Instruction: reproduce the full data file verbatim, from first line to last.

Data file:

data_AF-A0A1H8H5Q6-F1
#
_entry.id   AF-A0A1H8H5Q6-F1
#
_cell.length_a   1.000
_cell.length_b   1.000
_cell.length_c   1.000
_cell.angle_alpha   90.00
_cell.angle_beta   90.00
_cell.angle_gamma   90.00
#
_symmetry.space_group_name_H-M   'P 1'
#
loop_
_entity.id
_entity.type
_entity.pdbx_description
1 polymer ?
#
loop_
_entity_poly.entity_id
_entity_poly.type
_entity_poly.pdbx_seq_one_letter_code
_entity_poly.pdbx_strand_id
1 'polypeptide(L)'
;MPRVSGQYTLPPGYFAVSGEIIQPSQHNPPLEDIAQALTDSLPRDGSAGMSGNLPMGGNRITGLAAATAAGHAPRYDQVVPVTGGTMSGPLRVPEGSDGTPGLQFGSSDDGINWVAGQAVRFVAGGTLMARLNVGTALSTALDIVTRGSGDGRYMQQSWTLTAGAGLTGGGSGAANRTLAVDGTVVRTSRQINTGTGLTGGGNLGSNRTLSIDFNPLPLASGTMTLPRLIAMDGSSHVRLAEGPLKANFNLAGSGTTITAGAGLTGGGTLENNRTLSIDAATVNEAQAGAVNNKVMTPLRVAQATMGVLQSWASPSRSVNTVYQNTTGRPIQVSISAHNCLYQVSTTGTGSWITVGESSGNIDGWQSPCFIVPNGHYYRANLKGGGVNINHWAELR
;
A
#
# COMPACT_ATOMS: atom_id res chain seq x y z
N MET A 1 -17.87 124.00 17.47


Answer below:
data_AF-A0A1H8H5Q6-F1
#
_entry.id   AF-A0A1H8H5Q6-F1
#
_cell.length_a   1.000
_cell.length_b   1.000
_cell.length_c   1.000
_cell.angle_alpha   90.00
_cell.angle_beta   90.00
_cell.angle_gamma   90.00
#
_symmetry.space_group_name_H-M   'P 1'
#
loop_
_entity.id
_entity.type
_entity.pdbx_description
1 polymer ?
#
loop_
_entity_poly.entity_id
_entity_poly.type
_entity_poly.pdbx_seq_one_letter_code
_entity_poly.pdbx_strand_id
1 'polypeptide(L)'
;MPRVSGQYTLPPGYFAVSGEIIQPSQHNPPLEDIAQALTDSLPRDGSAGMSGNLPMGGNRITGLAAATAAGHAPRYDQVVPVTGGTMSGPLRVPEGSDGTPGLQFGSSDDGINWVAGQAVRFVAGGTLMARLNVGTALSTALDIVTRGSGDGRYMQQSWTLTAGAGLTGGGSGAANRTLAVDGTVVRTSRQINTGTGLTGGGNLGSNRTLSIDFNPLPLASGTMTLPRLIAMDGSSHVRLAEGPLKANFNLAGSGTTITAGAGLTGGGTLENNRTLSIDAATVNEAQAGAVNNKVMTPLRVAQATMGVLQSWASPSRSVNTVYQNTTGRPIQVSISAHNCLYQVSTTGTGSWITVGESSGNIDGWQSPCFIVPNGHYYRANLKGGGVNINHWAELR
;
A
#
# COMPACT_ATOMS: atom_id res chain seq x y z
N MET A 1 -17.87 124.00 17.47